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Industry: Public interest & Non-profit
Media:Promotion & Event
Market:United States
Style: Minimalism
Describe the campaign/entry:
In support of Breast Cancer Awareness Month, two female agency creatives (one a breast cancer survivor herself) wanted to give people a chance to show solidarity with the millions of women getting mammograms every year.

The passion project embraced the awkwardness of mammograms to remind folks that millions of lives can be saved by early detection. In fact, when breast cancer is caught early, over 90 percent of women beat it.

Through a short video starring some familiar faces such as Erin Daniels from “The L Word,” the team asked people to snap pictures of themselves “mamming” and share them via Instagram. The photographs were then curated and featured on

Key to the initiative was a Digital PR effort that employed influencer marketing to drive early momentum and ensure that the message was being communicated in the appropriate fashion. This was not a facetious campaign in vein with the memes it was modeled after, rather this was an effort to change the conversation from awareness-based to action-based – to inspire women to not only think about the cause, but to also take an action that could potentially save their lives.

In the end, the campaign drove more than 330 million impressions without a single media dollar being spent. More importantly, it drove thoughtful conversations about mammograms, with many participants noting that the effort had inspired them to get mammograms.

Describe the brief from the client:
Two female agency creatives, one a breast cancer survivor herself, wanted to make people more comfortable with the conversation and the procedure, and they knew social media would be a great place to start.

Based on the insight that mammograms are inherently awkward, they set out to educate people on the procedure and face its existing reputation head-on. When entering the cultural conversation, the balance between being relevant and tackling a serious issue would be critical to the program’s success.

From Day 1, the objective was to inspire thoughtful conversations around the cause and encourage women to get mammograms.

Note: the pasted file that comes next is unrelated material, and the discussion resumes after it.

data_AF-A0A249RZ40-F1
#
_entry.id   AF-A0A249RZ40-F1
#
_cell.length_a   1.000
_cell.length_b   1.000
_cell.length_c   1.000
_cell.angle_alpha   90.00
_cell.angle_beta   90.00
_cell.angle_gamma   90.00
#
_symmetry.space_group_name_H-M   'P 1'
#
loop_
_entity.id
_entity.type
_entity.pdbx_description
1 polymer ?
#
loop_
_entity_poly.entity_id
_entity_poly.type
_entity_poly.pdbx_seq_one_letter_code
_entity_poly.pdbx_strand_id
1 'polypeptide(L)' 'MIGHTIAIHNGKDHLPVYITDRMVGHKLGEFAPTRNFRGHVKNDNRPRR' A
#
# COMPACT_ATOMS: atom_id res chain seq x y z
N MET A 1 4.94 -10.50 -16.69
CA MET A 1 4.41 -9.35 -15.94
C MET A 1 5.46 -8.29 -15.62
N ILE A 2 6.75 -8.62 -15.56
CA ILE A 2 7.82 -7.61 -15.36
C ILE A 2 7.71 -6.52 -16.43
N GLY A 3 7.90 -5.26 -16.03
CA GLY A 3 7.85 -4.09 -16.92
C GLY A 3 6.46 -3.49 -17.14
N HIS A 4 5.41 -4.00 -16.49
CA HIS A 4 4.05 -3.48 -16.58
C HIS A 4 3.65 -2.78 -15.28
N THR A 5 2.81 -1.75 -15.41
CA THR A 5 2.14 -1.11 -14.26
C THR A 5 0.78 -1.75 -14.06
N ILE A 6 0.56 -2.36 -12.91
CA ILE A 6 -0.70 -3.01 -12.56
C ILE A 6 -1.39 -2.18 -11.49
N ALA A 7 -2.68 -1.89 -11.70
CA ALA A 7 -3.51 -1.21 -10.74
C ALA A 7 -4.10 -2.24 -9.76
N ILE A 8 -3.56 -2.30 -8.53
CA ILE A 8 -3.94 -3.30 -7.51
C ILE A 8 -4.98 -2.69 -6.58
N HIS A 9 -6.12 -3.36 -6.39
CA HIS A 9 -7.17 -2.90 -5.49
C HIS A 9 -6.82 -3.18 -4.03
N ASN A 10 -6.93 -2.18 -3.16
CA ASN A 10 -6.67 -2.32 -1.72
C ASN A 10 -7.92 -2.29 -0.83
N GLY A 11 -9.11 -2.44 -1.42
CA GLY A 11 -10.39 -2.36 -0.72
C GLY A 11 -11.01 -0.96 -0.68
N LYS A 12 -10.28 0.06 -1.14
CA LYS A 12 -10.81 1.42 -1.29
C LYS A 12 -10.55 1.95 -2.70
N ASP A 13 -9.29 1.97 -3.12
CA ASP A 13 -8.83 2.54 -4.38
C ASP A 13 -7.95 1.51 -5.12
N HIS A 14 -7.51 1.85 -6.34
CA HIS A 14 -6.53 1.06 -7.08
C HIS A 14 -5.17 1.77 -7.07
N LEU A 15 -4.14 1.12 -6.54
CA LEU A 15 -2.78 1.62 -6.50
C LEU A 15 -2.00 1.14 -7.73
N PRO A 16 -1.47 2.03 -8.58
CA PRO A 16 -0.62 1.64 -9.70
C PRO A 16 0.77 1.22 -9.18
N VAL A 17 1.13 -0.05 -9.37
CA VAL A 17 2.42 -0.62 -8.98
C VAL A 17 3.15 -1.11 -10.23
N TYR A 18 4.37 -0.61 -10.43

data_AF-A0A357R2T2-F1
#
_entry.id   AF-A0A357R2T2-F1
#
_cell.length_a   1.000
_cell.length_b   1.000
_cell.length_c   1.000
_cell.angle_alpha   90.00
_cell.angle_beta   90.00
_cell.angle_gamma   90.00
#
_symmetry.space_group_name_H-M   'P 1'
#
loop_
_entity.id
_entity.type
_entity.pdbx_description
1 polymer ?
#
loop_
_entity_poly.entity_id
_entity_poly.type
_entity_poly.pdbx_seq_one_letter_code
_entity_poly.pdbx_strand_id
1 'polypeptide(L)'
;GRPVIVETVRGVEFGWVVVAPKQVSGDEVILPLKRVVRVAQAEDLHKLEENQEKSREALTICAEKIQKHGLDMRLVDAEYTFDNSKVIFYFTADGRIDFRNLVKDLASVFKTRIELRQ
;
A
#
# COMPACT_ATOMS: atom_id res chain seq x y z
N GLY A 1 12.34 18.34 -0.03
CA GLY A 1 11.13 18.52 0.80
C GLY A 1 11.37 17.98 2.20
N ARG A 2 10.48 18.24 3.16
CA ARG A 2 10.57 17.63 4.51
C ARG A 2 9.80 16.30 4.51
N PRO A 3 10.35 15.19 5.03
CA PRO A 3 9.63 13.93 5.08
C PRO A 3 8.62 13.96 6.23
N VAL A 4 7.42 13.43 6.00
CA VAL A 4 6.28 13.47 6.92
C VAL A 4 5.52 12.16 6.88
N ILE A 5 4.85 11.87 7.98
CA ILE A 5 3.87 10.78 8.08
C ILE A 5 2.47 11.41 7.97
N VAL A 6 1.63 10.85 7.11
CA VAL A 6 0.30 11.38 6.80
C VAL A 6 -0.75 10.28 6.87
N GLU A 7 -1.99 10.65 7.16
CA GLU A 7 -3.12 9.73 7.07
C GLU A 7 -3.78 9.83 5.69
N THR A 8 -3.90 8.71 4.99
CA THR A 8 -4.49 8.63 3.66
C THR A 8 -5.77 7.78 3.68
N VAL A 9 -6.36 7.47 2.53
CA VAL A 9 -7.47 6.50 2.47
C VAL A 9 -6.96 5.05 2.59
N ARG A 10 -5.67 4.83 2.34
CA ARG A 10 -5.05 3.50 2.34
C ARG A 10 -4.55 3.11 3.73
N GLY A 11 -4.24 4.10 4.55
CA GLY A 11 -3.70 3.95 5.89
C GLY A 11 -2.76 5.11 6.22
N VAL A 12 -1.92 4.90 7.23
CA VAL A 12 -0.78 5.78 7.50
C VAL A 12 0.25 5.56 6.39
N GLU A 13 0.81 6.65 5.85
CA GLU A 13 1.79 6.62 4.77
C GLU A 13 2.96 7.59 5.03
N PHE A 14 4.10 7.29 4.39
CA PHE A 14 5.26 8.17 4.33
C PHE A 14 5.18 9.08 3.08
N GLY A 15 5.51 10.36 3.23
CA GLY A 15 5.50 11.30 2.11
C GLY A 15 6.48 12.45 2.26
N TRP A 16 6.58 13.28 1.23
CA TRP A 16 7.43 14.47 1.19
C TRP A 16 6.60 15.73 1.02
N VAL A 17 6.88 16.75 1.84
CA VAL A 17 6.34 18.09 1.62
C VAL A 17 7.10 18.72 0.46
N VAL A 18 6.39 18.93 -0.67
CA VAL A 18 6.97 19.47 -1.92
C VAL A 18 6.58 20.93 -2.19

The effort instantly gained global press coverage in places like Fast Company, BuzzFeed, Huffington Post UK, The New York Post, Creativity and more. It was shared by celebrities such as heavyweight boxing champ Lennox Lewis, digital curator Guy Kawasaki and Whoopi Goldberg — who got in on the action by mamming on the popular ABC talk show "The View”.

Individual organizations supported the cause through their own activations at events like Race for the Cure, and a group of men in the UK even started their own version of the meme to raise awareness for testicular cancer. With zero paid media support, the campaign went global and viral, garnering over 332 million earned media impressions.

Most importantly, all of the media and social buzz sparked a conversation about prevention. And though these conversations started with #mamming, they ended with mammograms, proving the power of social media to make a real difference.

The campaign was rolled out in a simple and straightforward fashion. First, the team created a humorous web video starring recognizable actresses who donated their time to the cause.

The goal of the video was to demonstrate mamming in a humorous way, drive people to our site to learn more and to give people something worth sharing with their own social networks. contained information about the cause, and a constantly refreshing grid that populated with the latest #mamming photos from around the world.

Digital PR was used to seed the campaign with relevant bloggers to build hype early on, and the effort took off from there. It wasn’t long before BuzzFeed was calling mamming “the next big thing” on the Internet and popular daytime talk show hosts were mamming on air.

The Situation:
One in eight women will be affected by breast cancer in her lifetime. Right now, early detection is our best defense against the disease – but mammograms are awkward, painful and uncomfortable to talk about.

Furthermore, though popular breast cancer awareness initiatives have done tremendous amounts of good to raise awareness about the cause in general, no existing effort focused on inspiring women to take action and perform the simple, albeit “awkward,” act of getting a mammogram.

The Strategy:
#Mamming was a new spin on an existing Internet favorite, “planking.” The idea was to get people to Instagram photos of themselves laying their (clothed) breasts on things, just like a woman does during a mammogram.

The team worked with famous comedy actresses – who donated their time to create a video for getting the word out – and created a website to provide information about the cause and curate the deluge of #mamming photographs submitted by eager fans engaging with the campaign.

A Digital PR effort was built into the early stages of the initiative so that relevant influencers and bloggers could drive early momentum and ensure that the campaign message resonated loud and clear.
Chief Creative Officer:
Creative Director:
Art Director:
Other credit:Tech Developer: Brian Blakely
Technical Director: Robert Durbin
Cannes Lions International Festival of Creativity 2014
Bronze PR
Charity & not for Profit
Golden Award of Montreux 2014
Gold Medal Digital Interactive
Non Profit Organisation / Public
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